News Corp. finds buyer for Gemstar-TV Guide


The long nightmare is over for News Corporation. Macrovision has agreed to buy Gemstar-TV Guide for 2.8 billion bucks. That’s a tiny fraction of the value of the merger in 2000 that created the company, then valued at 14.2 billion, but at least News Corporation will get over a billion for its 41% stake. It and other shareholders will get 6.35, or the equivalent in Macrovision stock, for each share of Gemstar-TV Guide when the deal closes. The maximum cash payout will be 1.55 billion, with the remainder to be in stock. Macrovision, whose main business is technology to protect content from illegal copying, recently announced a deal to acquire All Media Guide Holdings, a provider of databases for entertainment products.

“Combining Macrovision’s and Gemstar-TV Guide’s solution portfolios will enable extensive libraries of commercial and personal protected content to be accessible on numerous devices through simple and intuitive guides. For example, consumers will be able to pull up a guide on their TV and receive personalized content and information regarding their favorite TV shows, read movie reviews before purchasing or renting a film, view personal photos, or tap into their music library,” the companies said in Friday’s merger announcement.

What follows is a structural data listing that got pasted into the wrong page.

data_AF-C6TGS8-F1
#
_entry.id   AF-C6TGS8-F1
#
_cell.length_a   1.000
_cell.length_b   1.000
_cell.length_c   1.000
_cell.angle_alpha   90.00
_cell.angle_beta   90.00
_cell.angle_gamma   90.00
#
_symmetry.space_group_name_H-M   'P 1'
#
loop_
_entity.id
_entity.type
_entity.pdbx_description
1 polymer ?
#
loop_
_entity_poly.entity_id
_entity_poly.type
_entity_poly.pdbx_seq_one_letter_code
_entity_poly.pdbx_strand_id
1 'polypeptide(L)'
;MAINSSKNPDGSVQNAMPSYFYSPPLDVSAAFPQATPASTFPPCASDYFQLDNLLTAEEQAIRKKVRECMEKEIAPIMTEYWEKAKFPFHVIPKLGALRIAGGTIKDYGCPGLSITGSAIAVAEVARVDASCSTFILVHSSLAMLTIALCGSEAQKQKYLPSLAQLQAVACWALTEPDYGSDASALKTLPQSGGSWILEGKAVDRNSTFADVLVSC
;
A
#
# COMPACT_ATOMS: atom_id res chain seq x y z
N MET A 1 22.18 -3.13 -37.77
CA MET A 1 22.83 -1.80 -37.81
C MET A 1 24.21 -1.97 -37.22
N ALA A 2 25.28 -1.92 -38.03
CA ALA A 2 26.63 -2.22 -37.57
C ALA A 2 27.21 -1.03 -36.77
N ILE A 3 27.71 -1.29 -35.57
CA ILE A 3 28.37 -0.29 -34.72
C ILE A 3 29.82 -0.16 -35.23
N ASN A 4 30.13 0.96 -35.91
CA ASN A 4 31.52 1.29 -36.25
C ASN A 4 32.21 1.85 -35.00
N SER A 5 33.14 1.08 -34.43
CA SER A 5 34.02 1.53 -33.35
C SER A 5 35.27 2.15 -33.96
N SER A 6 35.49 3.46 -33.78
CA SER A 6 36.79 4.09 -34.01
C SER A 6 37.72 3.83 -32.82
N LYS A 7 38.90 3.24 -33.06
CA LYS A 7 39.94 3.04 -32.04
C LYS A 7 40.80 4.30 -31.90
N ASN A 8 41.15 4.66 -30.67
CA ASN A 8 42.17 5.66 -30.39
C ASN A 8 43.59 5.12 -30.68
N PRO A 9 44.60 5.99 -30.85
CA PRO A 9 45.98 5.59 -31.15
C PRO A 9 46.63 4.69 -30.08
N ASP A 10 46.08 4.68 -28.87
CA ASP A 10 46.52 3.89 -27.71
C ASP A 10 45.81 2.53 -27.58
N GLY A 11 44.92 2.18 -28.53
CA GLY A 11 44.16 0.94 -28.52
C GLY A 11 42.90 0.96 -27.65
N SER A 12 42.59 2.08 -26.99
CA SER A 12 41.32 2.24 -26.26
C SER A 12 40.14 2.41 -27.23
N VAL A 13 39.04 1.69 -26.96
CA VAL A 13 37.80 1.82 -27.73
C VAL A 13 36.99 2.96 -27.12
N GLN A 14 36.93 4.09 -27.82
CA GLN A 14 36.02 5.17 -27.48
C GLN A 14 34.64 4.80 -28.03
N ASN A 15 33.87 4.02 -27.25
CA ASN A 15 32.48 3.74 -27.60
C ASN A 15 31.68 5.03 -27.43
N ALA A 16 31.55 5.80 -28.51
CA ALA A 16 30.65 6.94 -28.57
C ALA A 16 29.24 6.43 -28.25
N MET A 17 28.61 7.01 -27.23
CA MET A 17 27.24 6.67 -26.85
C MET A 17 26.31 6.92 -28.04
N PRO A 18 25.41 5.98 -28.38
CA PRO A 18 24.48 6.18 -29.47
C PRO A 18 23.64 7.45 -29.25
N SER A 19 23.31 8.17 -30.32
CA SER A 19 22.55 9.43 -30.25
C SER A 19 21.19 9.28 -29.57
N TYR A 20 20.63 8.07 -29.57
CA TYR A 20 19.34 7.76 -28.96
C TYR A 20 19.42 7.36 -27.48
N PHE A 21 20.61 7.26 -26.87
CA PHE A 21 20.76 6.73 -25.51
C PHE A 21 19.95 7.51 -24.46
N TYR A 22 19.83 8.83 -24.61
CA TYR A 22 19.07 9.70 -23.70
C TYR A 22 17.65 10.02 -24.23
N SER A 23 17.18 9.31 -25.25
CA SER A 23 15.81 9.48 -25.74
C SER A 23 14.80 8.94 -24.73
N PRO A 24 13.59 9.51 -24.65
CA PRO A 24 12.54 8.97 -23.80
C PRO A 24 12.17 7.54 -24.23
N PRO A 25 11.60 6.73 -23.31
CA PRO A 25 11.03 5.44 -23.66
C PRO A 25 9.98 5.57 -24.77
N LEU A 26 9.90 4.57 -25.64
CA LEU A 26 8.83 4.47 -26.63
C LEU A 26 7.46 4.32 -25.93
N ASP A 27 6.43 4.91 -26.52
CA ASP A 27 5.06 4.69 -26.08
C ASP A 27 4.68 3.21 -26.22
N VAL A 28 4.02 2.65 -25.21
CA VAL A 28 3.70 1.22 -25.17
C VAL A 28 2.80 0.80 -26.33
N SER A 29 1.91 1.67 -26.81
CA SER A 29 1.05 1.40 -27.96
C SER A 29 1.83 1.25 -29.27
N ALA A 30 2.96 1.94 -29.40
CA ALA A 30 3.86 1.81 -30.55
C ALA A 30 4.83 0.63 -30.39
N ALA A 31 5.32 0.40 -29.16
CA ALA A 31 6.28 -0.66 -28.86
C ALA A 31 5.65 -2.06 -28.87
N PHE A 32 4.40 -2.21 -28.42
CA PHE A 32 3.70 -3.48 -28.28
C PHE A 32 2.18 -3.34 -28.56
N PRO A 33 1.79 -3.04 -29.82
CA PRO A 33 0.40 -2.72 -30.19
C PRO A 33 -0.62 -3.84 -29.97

TVBR observation: It has been quite an adventure for News Corporation to untangle this mess. Merging TV Guide, which it then owned, with Gemstar’s high-tech systems for utilizing the TV Guide data and brand name seemed like a winner in 2000 and the stock price of the merged company went over a hundred bucks a share. But in 2002 the company became embroiled in a financial scandal when it was learned that Gemstar CEO Henry Yuen had been playing fast and loose with the numbers. He was ousted from the merged company, eventually was ordered to pay over 22 million personally in the fraud case and the company had to restate over 225 million in revenues reported in its SEC filings. News Corporation, which appears to have been the biggest victim of the fraud, can now wash its hands of the whole affair – but at a hefty loss.